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How to Fix Hard-to-Open Windows

Opening your windows for fresh air only to discover that they’re hard, or impossible, to open is frustrating. Not to mention, it’s dangerous in the case of emergency.

Luckily, most problems that make windows difficult to open are easy to fix on your own! It’s just a matter of understanding what’s causing your windows to be hard to open and close.

Troubleshooting Hard-to-Open Windows

Double Hung and Sliding Windows that are Hard to Open and Close

If your single hung, double hung, or sliding windows don’t slide smoothly, the problem may be dirt and grime in the tracks. Luckily, all you need to solve this problem is a little elbow grease.

How to clean and lubricate vinyl windows:

  1. Vacuum loose dirt and debris from all four sides of the window frame using your vacuum’s hose attachment
  2. Clean the tracks with an all-purpose cleaner, focusing on the two vertical sides
  3. Apply a small amount of silicone-based lubricant to the tracks
  4. Slide the window up and down or back and forth a few times to allow the lubricant to work into the tracks

If your window frames are wooden:

  1. Vacuum up the loose dirt from all four sides of the window frame
  2. Clean the frames with a small amount of furniture wax on a soft cloth, focusing on the two vertical sides
  3. Use wax to lubricate the window tracks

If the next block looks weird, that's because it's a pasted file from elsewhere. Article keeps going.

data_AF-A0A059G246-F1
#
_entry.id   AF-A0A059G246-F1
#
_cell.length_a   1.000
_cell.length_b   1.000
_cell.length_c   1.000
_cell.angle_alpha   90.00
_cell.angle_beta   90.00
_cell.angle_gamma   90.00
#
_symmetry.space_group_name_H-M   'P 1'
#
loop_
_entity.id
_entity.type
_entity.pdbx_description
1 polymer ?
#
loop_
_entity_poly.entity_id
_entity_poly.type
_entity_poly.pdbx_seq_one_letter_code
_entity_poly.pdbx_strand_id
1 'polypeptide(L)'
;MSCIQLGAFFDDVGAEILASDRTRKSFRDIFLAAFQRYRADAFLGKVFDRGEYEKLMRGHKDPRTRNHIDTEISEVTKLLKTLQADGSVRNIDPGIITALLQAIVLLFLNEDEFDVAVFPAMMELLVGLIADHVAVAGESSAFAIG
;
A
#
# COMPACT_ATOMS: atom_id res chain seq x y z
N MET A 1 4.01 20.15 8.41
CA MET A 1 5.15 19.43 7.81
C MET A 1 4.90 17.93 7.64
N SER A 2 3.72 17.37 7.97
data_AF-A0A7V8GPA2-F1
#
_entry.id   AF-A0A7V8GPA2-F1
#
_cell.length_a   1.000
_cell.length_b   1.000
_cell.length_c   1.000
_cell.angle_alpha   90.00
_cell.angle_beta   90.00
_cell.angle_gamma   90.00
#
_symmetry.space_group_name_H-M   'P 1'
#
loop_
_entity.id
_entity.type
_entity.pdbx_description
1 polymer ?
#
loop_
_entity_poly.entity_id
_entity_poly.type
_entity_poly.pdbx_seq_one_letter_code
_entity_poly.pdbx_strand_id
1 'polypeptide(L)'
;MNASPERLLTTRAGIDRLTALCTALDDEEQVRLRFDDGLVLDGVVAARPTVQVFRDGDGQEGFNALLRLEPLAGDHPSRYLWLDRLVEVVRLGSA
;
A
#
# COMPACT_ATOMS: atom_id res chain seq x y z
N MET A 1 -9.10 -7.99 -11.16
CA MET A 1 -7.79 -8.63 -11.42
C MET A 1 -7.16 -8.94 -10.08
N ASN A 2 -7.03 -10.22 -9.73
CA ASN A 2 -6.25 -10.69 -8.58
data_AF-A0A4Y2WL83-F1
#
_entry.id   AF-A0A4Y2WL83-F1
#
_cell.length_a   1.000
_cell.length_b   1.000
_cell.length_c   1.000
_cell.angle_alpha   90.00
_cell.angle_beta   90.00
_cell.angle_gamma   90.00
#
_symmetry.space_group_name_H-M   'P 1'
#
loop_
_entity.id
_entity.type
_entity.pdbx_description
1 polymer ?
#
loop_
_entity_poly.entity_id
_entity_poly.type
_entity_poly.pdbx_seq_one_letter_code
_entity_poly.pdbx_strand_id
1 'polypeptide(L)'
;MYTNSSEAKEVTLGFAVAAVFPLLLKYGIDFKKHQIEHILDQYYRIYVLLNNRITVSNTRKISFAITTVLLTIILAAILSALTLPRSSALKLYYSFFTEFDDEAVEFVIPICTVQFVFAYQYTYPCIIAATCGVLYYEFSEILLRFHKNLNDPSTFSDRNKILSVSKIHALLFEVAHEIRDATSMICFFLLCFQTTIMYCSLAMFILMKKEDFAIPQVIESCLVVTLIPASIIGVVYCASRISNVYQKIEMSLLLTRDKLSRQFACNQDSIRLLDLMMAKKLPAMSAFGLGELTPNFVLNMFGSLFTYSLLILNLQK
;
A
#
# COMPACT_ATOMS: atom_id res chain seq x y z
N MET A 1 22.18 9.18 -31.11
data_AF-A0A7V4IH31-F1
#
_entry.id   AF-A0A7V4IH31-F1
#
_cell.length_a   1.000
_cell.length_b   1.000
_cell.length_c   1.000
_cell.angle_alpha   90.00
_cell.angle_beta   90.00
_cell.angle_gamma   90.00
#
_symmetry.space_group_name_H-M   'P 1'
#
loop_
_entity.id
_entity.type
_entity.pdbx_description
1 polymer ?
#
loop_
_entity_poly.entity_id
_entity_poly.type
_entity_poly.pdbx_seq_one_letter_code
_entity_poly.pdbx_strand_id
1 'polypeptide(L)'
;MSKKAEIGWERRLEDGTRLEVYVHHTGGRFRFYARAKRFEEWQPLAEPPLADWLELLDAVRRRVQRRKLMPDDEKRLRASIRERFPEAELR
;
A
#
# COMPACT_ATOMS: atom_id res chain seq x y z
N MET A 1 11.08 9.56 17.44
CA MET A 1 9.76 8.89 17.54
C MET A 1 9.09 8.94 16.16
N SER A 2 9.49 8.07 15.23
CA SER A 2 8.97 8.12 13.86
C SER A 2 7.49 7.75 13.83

4. Slide the window up and down or back and forth a few times to allow the wax to work into and spread along the tracks

To prevent this issue in the future, be sure to regularly clean your windows.

If cleaning the tracks didn’t solve your problem, the spring in the window may be the issue. Replacing or repairing the spring requires a few specialized tools and some window repair know-how, so we recommend having a professional fix this.

Windows That Are Hard to Push Open

Casement and awning windows are the two most common types of windows that push open, but our garden windows also have panels that open outward. When a window is hard to push open, it’s important to check the hinges first. Stiff hinges are a common issue, and they’re easily fixed with a little lubricant.

To lubricate hinges on a casement, awning, or garden window:

  1. Open the window completely
  2. Wipe any loose dirt away from the hinge
  3. Spray a silicone based lubricant on the hinge and wipe away any drips
  4. Open and close the window a few times to allow the lubricant to get deep into the hinge

When lubricating the hinges doesn’t fix the problem, it may be a bigger issue with loose or stripped screws. If you are capable, remove the sash and examine the screws to see if any of them need to be replaced. Replacing stripped screws with new screws should fix the problem.

If you have lubricated your hinges and replaced stripped screws, but the problem persists, the issue is likely the operator, the part that connects to the crank and pushes the window open. If this is the case, you will need to replace the operator. Unless you’re comfortable with window repair, we recommend consulting a professional for this repair.

Windows Still Stuck?

If these DIY fixes didn’t work for you, your windows may need to be replaced. If you’re ready to upgrade your windows, contact us to schedule your free in-home or virtual consultation! All of our windows are covered by our industry-leading warranty, so you’ll never have to worry about repairing your windows yourself.

Written by experts. Inspired by homeowners.

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